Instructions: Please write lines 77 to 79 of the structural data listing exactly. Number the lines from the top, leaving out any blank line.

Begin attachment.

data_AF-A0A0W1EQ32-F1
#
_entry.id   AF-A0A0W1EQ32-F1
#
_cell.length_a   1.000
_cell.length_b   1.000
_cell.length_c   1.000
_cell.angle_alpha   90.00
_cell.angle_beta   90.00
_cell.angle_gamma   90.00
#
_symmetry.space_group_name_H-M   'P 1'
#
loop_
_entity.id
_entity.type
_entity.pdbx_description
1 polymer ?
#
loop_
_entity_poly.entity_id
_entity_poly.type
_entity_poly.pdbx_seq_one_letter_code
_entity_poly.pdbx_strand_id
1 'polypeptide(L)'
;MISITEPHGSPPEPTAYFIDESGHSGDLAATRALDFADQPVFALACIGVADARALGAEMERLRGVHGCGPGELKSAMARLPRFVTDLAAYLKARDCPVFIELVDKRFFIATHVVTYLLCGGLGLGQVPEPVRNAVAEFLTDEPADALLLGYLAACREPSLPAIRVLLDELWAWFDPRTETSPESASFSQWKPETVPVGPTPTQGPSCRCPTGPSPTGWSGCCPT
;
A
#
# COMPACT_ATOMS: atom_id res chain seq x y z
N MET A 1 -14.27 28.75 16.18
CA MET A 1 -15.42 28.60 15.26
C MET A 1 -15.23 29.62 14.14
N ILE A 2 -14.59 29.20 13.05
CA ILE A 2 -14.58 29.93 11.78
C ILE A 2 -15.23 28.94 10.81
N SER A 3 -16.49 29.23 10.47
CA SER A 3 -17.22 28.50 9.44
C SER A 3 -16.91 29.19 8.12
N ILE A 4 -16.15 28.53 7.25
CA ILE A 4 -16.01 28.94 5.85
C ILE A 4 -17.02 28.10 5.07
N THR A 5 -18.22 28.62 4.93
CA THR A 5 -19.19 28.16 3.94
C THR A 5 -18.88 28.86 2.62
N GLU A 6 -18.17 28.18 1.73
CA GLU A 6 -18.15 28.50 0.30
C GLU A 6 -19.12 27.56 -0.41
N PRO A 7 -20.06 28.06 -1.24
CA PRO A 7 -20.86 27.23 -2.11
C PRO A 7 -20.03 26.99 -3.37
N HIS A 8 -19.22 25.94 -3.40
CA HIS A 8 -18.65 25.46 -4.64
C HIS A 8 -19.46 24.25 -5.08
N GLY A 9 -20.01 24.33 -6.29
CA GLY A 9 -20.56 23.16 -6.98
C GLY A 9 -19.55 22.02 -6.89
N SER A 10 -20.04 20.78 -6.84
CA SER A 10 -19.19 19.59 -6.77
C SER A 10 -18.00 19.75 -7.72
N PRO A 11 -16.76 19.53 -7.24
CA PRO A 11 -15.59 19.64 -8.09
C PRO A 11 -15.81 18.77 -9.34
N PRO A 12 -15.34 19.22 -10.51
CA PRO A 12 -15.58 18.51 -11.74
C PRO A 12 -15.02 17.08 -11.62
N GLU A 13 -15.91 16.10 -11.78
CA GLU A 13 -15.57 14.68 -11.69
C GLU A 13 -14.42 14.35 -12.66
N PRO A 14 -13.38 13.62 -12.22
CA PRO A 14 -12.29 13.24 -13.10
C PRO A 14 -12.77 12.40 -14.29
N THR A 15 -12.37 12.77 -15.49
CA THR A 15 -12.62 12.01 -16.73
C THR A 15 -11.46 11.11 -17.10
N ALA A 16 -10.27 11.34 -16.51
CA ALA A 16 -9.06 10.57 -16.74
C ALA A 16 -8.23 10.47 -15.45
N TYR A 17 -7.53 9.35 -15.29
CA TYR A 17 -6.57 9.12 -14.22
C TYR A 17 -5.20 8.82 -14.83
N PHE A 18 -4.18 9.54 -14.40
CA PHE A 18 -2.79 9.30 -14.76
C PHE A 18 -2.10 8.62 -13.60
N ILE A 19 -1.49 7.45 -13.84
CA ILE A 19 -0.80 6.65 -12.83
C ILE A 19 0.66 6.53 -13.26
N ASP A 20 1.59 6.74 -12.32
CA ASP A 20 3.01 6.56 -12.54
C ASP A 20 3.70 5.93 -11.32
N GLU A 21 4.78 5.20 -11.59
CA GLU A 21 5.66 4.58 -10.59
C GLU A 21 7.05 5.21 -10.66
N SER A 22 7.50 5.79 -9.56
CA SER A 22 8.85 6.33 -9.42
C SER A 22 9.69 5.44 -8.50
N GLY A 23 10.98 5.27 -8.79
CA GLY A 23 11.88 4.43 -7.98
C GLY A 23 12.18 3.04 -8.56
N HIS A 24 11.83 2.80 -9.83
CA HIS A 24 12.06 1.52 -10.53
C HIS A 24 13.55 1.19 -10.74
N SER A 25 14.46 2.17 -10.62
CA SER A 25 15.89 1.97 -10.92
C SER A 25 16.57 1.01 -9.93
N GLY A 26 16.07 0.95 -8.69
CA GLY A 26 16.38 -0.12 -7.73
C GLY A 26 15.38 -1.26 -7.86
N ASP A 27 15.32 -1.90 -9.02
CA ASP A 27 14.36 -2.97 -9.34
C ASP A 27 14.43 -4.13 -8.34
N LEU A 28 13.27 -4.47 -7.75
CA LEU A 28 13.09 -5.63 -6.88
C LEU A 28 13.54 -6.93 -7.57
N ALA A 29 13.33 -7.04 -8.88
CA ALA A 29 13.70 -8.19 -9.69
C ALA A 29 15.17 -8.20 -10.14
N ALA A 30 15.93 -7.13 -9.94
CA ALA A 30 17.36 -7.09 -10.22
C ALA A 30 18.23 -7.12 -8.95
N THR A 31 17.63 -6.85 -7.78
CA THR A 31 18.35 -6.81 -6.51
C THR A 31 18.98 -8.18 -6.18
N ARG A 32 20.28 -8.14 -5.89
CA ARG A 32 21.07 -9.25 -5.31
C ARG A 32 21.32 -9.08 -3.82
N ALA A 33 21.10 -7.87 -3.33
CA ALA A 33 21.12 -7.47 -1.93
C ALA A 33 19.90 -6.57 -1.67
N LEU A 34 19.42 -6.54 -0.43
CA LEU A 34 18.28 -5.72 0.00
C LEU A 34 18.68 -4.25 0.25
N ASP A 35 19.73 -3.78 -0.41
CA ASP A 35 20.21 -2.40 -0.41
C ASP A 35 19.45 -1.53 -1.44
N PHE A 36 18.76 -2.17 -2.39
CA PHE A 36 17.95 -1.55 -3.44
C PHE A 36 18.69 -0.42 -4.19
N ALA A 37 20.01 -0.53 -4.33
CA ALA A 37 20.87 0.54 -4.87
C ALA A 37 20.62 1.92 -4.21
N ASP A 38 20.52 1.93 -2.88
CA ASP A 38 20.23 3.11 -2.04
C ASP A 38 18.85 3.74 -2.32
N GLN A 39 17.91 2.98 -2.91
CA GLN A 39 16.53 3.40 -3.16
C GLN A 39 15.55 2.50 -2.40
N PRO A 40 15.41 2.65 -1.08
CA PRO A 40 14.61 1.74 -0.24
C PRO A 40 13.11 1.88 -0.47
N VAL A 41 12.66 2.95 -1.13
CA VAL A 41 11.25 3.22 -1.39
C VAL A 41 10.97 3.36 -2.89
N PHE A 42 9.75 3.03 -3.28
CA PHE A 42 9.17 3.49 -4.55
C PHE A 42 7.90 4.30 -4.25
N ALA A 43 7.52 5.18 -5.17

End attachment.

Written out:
CA ALA A 16 -9.06 10.57 -16.74
C ALA A 16 -8.23 10.47 -15.45
N TYR A 17 -7.53 9.35 -15.29